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Høgskolen i Oslo og Akershus
Master i barnehagepedagogikk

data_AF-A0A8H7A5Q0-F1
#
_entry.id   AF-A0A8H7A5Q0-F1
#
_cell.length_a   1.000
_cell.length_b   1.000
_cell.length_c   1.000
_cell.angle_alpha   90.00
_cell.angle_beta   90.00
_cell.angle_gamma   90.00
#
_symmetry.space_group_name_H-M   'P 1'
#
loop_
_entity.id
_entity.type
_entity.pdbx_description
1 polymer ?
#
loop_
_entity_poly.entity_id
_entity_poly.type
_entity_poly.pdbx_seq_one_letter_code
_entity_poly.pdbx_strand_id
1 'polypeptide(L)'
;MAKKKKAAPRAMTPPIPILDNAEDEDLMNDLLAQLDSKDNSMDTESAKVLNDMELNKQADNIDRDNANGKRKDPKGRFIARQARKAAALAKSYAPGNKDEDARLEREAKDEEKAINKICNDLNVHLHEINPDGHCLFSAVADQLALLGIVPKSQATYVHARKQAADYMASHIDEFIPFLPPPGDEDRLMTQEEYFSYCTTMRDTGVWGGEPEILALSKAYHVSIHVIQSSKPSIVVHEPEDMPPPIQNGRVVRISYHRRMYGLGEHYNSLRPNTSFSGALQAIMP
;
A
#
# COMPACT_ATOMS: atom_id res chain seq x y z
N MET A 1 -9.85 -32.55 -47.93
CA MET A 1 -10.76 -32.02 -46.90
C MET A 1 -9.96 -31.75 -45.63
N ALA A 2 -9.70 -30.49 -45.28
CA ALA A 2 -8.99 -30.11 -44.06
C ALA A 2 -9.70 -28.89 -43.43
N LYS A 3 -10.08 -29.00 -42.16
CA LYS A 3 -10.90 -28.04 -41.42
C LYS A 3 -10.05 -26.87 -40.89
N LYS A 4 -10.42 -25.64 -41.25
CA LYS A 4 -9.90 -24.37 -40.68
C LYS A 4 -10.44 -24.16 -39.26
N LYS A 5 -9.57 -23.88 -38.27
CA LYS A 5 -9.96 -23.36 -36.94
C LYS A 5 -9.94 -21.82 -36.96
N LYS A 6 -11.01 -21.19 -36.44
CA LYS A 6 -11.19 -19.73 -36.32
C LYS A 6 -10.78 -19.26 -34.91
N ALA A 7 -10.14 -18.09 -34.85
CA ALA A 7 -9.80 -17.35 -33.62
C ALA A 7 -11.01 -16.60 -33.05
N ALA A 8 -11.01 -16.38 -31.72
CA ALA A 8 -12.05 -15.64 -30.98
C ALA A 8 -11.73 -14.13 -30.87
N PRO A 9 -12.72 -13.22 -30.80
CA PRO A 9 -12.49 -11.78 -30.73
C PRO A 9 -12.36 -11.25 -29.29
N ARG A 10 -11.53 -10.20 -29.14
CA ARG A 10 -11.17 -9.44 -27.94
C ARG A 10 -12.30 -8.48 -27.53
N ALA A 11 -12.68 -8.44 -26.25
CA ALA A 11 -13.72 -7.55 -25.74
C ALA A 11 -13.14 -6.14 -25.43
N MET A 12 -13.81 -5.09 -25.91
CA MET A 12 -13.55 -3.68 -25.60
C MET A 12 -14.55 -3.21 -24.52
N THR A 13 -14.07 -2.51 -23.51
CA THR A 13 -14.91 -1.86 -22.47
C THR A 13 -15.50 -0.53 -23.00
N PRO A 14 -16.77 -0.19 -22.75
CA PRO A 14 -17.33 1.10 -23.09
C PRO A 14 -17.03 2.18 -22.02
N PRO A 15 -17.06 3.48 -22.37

The topic of this master’s thesis is: “Children’s resistance as participation,” seen in light of perspectives from radical democracy theory and the ethical philosophy of Levinas. I investigate how these theories can contribute to an expanded understanding of children’s resistance in young-age childcare settings. I discuss possible influences of children’s resistance on the pedagogical development of staff members in childcare institutions. Children’s participation has received much attention since it was mandated by Norwegian law in 2005. Scientific literature shows that children’s participation has been addressed in various ways and has been described from a number of perspectives. This thesis problematizes participation within a discourse about rights and presents participation as an ethical practice in the relation between children and adults in young-age childcare settings. Additionally, it problematizes a negative view of children’s resistance. The possible influence of perspectives from radical democracy theory on the view of children’s resistance is investigated (Laclau & Mouffe, 2002; Mouffe, 2005). As an early-childhood teacher I have found it valuable to listen to children’s resistance in order to develop as a pedagogue and to learn to let children have influence. In this thesis, I bring this experience into a larger context. I did a micro-ethnographic study in a young-age childcare setting. During my research I recorded observations of situations I interpreted as children’s expressions of resistance. The observations are interpreted through perspectives from the theory of radical democracy and from Levinas’ ethical philosophy. I view my findings in relation to other research on children’s resistance and in a professional ethical perspective connected to the social mandate of childcare institutions. I discuss how children’s resistance can affect the pedagogical development of childcare personnel, using Levinas (1991, 1998a, 1998b) and Norheim (2013) as a point of departure. Drawing on Norheim (2013), I place Levinas’ ethical philosophy in the context of a «hermeneutics of moral judgment».
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